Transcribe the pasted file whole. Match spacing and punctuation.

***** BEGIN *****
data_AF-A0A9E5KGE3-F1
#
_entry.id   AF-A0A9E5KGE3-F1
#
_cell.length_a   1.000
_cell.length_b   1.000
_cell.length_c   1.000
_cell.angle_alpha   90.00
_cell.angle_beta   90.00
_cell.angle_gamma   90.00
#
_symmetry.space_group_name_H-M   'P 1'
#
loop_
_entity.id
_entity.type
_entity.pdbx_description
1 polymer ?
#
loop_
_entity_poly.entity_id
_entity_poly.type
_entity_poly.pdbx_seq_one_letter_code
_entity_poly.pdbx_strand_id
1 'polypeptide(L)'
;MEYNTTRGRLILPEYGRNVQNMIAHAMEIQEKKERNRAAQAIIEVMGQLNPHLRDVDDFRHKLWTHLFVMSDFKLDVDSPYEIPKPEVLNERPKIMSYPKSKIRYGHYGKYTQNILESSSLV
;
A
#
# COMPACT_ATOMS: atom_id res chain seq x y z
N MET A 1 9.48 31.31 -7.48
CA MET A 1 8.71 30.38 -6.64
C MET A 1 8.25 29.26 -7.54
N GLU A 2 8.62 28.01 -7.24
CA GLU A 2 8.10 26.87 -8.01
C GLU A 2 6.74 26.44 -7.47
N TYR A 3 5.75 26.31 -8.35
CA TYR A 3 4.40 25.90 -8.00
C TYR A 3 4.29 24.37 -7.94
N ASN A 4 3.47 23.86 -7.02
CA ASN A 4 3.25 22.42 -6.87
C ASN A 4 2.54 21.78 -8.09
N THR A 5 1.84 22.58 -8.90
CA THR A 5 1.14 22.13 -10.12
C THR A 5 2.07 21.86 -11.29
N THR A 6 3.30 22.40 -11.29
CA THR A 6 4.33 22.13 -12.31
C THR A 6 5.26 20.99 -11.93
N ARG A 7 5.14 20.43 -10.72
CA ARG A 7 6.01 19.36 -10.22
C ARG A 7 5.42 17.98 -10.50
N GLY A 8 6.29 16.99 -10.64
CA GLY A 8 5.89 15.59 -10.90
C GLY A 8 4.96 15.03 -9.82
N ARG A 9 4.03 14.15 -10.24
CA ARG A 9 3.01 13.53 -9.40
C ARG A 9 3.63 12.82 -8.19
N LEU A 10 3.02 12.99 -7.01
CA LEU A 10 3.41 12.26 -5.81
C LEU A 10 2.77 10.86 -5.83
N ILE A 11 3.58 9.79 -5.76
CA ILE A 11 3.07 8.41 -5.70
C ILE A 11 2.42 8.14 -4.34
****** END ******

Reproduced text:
data_AF-A0A9E5KGE3-F1
#
_entry.id   AF-A0A9E5KGE3-F1
#
_cell.length_a   1.000
_cell.length_b   1.000
_cell.length_c   1.000
_cell.angle_alpha   90.00
_cell.angle_beta   90.00
_cell.angle_gamma   90.00
#
_symmetry.space_group_name_H-M   'P 1'
#
loop_
_entity.id
_entity.type
_entity.pdbx_description
1 polymer ?
#
loop_
_entity_poly.entity_id
_entity_poly.type
_entity_poly.pdbx_seq_one_letter_code
_entity_poly.pdbx_strand_id
1 'polypeptide(L)'
;MEYNTTRGRLILPEYGRNVQNMIAHAMEIQEKKERNRAAQAIIEVMGQLNPHLRDVDDFRHKLWTHLFVMSDFKLDVDSPYEIPKPEVLNERPKIMSYPKSKIRYGHYGKYTQNILESSSLV
;
A
#
# COMPACT_ATOMS: atom_id res chain seq x y z
N MET A 1 9.48 31.31 -7.48
CA MET A 1 8.71 30.38 -6.64
C MET A 1 8.25 29.26 -7.54
N GLU A 2 8.62 28.01 -7.24
CA GLU A 2 8.10 26.87 -8.01
C GLU A 2 6.74 26.44 -7.47
N TYR A 3 5.75 26.31 -8.35
CA TYR A 3 4.40 25.90 -8.00
C TYR A 3 4.29 24.37 -7.94
N ASN A 4 3.47 23.86 -7.02
CA ASN A 4 3.25 22.42 -6.87
C ASN A 4 2.54 21.78 -8.09
N THR A 5 1.84 22.58 -8.90
CA THR A 5 1.14 22.13 -10.12
C THR A 5 2.07 21.86 -11.29
N THR A 6 3.30 22.40 -11.29
CA THR A 6 4.33 22.13 -12.31
C THR A 6 5.26 20.99 -11.93
N ARG A 7 5.14 20.43 -10.72
CA ARG A 7 6.01 19.36 -10.22
C ARG A 7 5.42 17.98 -10.50
N GLY A 8 6.29 16.99 -10.64
CA GLY A 8 5.89 15.59 -10.90
C GLY A 8 4.96 15.03 -9.82
N ARG A 9 4.03 14.15 -10.24
CA ARG A 9 3.01 13.53 -9.40
C ARG A 9 3.63 12.82 -8.19
N LEU A 10 3.02 12.99 -7.01
CA LEU A 10 3.41 12.26 -5.81
C LEU A 10 2.77 10.86 -5.83
N ILE A 11 3.58 9.79 -5.76
CA ILE A 11 3.07 8.41 -5.70
C ILE A 11 2.42 8.14 -4.34